The Voices

Rachel Smalley

Spinal Muscular Atrophy (SMA)

If there is a disease that illustrates the overwhelming failure of New Zealand’s antiquated approach to modern medicines, it is Spinal Muscular Atrophy (SMA).

Rachel Smalley has been travelling through New Zealand meeting families caught up in our unfunded medicines crisis.

SMA is the biggest genetic killer of New Zealand children under the age of two. Some children, with less severe forms of SMA, will never walk. Others will suffer challenging respiratory issues or scoliosis, or are fed through a tube after losing the ability to chew or swallow. Their parents, left grappling with an ever-evolving list of complex health issues, often struggle to see even the dimmest of lights on the horizon.

The greatest tragedy in all of this is that SMA is treatable. This suffering – and it is acute suffering – is avoidable. Some 58 countries in the developed world fund at least one drug to treat SMA. New Zealand is an outlier. Here, we have metaphorically rammed our fingers in our ears, stepped to one side, and watched our children die or waste away from this crippling disease. New Zealand doesn’t treat SMA.

What’s the issue? Money. Pharmac, our drug-buying agency, is under frequent attack for its failure to fund some of the life-transforming drugs widely available in so many of our peer nations. But Pharmac can’t fix this crisis. The issue has become a behemoth. Years and years of chronic underfunding mean Pharmac is now playing God, robbing money from one disease to treat another, shuffling a few million from here to there, and ultimately being forced to choose who will live and who will die. This crisis is not Pharmac’s to solve. It is the Government’s. The decision is one of funding, and ultimately lies with Jacinda Ardern.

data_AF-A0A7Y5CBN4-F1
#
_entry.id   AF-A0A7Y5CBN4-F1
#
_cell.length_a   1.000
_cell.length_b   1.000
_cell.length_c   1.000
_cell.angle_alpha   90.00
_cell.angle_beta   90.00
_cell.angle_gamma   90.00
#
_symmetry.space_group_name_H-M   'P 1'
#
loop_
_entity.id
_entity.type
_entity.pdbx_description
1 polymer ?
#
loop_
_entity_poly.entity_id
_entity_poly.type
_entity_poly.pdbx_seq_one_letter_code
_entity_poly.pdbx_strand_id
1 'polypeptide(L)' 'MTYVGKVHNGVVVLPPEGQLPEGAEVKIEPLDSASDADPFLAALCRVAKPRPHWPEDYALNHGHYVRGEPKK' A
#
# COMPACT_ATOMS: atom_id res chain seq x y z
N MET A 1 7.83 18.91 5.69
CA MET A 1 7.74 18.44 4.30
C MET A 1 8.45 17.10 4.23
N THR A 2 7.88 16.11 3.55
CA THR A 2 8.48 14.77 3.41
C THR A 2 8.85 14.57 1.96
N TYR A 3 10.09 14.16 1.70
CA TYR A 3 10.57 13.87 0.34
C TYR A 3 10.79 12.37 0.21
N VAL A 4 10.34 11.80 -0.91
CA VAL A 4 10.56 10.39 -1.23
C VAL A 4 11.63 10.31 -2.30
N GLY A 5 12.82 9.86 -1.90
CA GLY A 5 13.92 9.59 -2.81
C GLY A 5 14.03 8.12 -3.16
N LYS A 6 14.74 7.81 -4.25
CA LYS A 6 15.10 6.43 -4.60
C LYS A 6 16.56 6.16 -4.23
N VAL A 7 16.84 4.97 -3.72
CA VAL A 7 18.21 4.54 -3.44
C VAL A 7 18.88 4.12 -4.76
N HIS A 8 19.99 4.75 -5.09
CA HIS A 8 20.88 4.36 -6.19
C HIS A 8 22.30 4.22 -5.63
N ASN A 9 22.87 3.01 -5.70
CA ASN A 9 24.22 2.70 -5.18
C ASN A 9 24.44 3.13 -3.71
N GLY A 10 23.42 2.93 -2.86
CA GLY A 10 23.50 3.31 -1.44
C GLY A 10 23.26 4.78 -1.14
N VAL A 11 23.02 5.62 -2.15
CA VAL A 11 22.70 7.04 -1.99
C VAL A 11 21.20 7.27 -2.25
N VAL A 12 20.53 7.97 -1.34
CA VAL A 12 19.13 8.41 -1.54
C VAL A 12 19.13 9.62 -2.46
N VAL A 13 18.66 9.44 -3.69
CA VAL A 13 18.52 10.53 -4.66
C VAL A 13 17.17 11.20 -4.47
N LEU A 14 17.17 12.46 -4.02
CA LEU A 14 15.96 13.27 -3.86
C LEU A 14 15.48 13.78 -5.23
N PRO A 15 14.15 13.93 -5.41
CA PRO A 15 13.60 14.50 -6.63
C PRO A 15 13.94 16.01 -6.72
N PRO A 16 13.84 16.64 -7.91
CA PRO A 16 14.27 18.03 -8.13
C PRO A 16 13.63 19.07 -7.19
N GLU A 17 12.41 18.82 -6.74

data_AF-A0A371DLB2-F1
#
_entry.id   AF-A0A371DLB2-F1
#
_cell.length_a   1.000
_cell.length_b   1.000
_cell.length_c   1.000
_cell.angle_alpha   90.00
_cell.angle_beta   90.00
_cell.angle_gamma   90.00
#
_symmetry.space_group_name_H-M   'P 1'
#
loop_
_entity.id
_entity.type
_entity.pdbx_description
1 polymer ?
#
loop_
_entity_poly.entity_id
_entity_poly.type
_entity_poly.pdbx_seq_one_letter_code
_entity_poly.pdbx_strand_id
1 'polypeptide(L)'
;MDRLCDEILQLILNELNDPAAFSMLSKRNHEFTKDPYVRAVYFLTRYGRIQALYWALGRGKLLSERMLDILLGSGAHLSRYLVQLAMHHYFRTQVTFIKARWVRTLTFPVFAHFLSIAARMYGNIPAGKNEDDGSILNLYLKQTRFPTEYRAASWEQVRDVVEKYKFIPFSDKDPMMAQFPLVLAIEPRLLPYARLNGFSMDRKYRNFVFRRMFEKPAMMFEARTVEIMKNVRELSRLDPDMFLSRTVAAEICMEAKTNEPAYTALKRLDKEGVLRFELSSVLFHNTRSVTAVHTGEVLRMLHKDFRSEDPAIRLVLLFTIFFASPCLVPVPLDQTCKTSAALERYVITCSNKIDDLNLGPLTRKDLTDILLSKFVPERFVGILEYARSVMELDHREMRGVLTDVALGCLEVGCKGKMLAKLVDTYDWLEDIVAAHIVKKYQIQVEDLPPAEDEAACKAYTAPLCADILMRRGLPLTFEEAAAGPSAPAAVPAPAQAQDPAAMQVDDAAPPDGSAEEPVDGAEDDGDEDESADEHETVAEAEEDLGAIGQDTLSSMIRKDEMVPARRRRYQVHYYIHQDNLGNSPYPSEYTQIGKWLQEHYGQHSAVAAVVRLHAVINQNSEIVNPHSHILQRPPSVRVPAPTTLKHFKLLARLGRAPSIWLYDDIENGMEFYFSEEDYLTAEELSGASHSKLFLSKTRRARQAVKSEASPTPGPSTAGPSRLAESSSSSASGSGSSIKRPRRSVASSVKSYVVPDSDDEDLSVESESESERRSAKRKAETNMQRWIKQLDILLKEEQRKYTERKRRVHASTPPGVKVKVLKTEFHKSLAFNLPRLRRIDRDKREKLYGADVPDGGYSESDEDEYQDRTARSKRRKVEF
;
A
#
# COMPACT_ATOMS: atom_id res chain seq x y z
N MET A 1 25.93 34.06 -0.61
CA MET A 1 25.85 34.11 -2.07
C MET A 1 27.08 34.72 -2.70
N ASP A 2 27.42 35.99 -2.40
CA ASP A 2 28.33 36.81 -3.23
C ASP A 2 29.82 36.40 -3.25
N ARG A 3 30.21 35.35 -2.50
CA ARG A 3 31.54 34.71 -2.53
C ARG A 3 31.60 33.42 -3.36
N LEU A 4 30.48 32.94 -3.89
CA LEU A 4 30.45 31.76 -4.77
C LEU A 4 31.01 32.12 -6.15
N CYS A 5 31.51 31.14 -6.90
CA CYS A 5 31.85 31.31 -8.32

In the 1990s, Pharmac was created with a mandate to introduce price competition to New Zealand’s pharmaceutical market, and stop Big Pharma rorting the system. It worked. The new monopolistic model did a great job of bulk-buying the mass-use drugs of the 1990s which allowed the Government to subsidise medicines or provide them for free.

Fast forward to 2021, more than a quarter of a century later, and no Government has revisited Pharmac’s objectives. It is mandated to operate in a silo and its key priority remains locked in – save money.

Not surprisingly, given the rapid developments in medical science, New Zealanders now find themselves in a dire situation; we spend less on medicines per capita, wait years to buy new drugs, and we languish at the very bottom of the developed world for access to modern medicine. Sit with that for a moment, New Zealand. We’re in last place.

Spinal Muscular Atrophy has, reluctantly, become the Poster Child of New Zealand’s medicines crisis. In recent years, three breakthrough treatments – Spinraza, Risdiplam and Zolgensma – have been developed to treat SMA. Spinraza, the most high-profile of the three, is publicly funded in 58 countries, including Australia.

In 2018, New Zealand and Australia both received funding applications for Spinraza. That same year, Australia’s SMA families were granted access to the life-saving drug. In New Zealand, three years later, Spinraza sits on a waiting list. It’s one of almost 100 modern medicines still waiting for funding.

Is it expensive? Yes. Like most modern medicines, Spinraza has been in development for years and drug companies, operating in a capitalist world, always look for a return on their $1b-$2b development cost. Several industry sources say the cost will be somewhere between $6m-$10m to treat around 35 children. In a modern, developed, wealthy nation, we need to ask ourselves if that is an excessive or acceptable price to prevent child suffering and infant mortality.